Summer Hikes… with Kids

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Here’s a great post about hiking with little ones: Five Tips for Joyful Hiking with Little Kids courtesy of nature mom.

A particularly good suggestion is “forget about the destination”, though this can change with the age of the child. At age 3-4 this definitely applies, as they are distracted by every little thing they see, and it’s best to just resign yourself to the fact that as soon as they start flagging, it’s time to turn around and head back, no matter how far you’ve gotten.

When my daughter was in the 5-6 range, however, she needed a destination and purpose for every outing. She used to look at me in total bewilderment when I suggested “let’s go for a walk”. “Where to?” she’d ask. “I don’t know. Around the block?” Nope. She just couldn’t see the point of it. For kids like this having a picnic lunch is a brilliant solution – the whole “walk” can hinge upon finding a good picnic site.

A simple ‘treasure hunt’ list of things to look for can also provide needed momentum for nature walks.

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Now, however, at age 7, she has suddenly fallen in love with the concept of “exploring”, and “let’s go for an explore” is one of our favourite activities. The only thing is, for it to be properly adventurous, she has to go first, and she will not always take the easiest route. (There’s dense brush around our house and she will always choose to go right through a thorny bush rather than around it!)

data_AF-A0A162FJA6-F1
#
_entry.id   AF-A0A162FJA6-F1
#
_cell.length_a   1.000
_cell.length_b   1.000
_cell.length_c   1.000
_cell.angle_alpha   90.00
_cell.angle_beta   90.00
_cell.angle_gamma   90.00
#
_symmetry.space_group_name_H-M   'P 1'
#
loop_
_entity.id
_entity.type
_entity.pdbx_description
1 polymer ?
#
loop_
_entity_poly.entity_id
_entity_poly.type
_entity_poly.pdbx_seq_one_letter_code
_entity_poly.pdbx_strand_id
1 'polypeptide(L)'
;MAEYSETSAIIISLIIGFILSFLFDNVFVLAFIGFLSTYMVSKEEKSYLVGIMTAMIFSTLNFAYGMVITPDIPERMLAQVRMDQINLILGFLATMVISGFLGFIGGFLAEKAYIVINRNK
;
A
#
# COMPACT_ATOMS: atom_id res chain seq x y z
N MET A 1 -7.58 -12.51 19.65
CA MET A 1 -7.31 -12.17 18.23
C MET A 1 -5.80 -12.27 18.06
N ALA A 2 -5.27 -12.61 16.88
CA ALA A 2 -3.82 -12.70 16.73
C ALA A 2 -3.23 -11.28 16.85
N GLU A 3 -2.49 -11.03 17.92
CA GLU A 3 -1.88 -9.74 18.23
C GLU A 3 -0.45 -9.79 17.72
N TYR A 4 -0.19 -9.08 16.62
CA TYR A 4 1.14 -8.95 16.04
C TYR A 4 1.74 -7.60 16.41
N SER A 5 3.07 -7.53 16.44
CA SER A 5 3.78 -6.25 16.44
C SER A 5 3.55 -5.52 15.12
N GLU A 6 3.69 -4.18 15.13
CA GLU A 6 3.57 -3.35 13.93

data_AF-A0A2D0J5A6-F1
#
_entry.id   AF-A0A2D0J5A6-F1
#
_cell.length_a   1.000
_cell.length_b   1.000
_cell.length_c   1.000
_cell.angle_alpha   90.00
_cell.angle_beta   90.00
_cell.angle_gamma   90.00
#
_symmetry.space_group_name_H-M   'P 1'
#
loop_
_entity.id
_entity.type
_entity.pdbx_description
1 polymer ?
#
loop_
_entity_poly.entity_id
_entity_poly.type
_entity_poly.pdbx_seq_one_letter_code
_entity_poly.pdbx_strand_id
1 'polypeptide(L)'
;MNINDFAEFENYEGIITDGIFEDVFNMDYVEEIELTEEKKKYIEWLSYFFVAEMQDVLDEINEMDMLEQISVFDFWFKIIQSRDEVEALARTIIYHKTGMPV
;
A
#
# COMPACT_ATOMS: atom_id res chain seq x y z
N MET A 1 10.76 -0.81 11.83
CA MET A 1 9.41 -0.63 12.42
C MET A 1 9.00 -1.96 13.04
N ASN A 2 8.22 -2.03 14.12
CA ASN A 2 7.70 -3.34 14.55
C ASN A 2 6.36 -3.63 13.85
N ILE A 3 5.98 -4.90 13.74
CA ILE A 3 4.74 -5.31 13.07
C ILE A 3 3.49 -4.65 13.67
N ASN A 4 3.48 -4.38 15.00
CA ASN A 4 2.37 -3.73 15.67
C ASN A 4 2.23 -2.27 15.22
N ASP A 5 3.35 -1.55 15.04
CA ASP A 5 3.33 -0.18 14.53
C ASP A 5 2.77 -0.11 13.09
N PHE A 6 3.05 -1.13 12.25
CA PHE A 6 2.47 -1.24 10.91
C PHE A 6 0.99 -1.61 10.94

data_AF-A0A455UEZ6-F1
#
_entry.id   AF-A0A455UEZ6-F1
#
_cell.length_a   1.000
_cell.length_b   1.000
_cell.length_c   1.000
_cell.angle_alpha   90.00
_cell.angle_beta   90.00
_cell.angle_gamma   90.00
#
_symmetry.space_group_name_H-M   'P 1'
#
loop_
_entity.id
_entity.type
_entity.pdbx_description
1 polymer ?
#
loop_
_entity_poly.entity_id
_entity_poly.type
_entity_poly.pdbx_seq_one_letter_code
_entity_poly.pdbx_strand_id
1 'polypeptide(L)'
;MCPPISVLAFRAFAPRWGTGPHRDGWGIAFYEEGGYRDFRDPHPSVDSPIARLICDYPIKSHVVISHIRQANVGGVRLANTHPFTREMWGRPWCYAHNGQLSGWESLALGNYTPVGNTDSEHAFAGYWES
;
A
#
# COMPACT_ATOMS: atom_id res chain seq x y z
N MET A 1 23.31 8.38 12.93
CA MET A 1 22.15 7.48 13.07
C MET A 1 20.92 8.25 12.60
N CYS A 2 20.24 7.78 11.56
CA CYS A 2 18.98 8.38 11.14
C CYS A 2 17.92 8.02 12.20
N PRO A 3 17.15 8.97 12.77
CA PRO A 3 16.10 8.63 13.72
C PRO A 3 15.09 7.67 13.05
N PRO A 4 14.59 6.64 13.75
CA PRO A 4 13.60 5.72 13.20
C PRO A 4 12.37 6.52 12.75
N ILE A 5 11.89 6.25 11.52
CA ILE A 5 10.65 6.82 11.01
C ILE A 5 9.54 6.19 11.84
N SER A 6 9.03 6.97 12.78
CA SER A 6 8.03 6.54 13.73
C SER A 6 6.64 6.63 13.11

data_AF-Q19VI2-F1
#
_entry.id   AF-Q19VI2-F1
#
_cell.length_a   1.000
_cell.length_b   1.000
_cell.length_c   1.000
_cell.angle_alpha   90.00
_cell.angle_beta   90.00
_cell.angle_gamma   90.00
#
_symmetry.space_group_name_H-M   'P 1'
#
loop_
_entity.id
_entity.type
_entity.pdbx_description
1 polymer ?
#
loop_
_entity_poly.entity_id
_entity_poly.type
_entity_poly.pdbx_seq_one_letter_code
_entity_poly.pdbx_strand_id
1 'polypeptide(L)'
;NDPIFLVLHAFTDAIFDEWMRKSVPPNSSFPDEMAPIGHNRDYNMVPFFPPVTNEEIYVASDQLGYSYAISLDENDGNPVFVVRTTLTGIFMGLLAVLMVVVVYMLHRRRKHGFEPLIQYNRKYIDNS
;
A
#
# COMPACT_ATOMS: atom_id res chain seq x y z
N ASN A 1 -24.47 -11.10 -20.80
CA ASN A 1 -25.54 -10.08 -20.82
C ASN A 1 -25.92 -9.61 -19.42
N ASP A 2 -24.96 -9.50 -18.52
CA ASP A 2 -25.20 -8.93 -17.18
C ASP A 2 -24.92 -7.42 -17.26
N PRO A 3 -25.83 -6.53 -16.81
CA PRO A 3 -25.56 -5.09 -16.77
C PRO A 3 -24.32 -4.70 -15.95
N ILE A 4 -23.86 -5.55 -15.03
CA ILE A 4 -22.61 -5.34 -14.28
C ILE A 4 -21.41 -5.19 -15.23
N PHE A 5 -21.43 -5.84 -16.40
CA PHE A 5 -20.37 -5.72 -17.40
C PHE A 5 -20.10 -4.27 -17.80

Process is all-important. She almost finds greater pleasure in selecting items to go in her explorer’s bag than she does in the actual exploring! We like to take binoculars, a small bird book, magnifying glass, and notebook for sketching.

DSC08950Sometimes she just wants to go off on her own. Walkie-talkies make this great fun, as she can be a lone explorer, but still share every find… “Mommy! I found a mushroom! Over and out!”

If you are in a really wild area, and there’s even the slightest possibility that you might become separated, it’s a good idea to give everyone a whistle and have a talk about what-to-do if you get lost. Here’s an RCMP safety information program for kids aged 5 to 12 : Hug a Tree and Survive.

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1 Comment (+add yours?)

  1. rextrebat
    Jun 21, 2013 @ 14:30:06

    Great post!

    Reply

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All writings posted here are © Kim Thompson, unless otherwise indicated. For all artwork on this site, copyright is retained by the artist.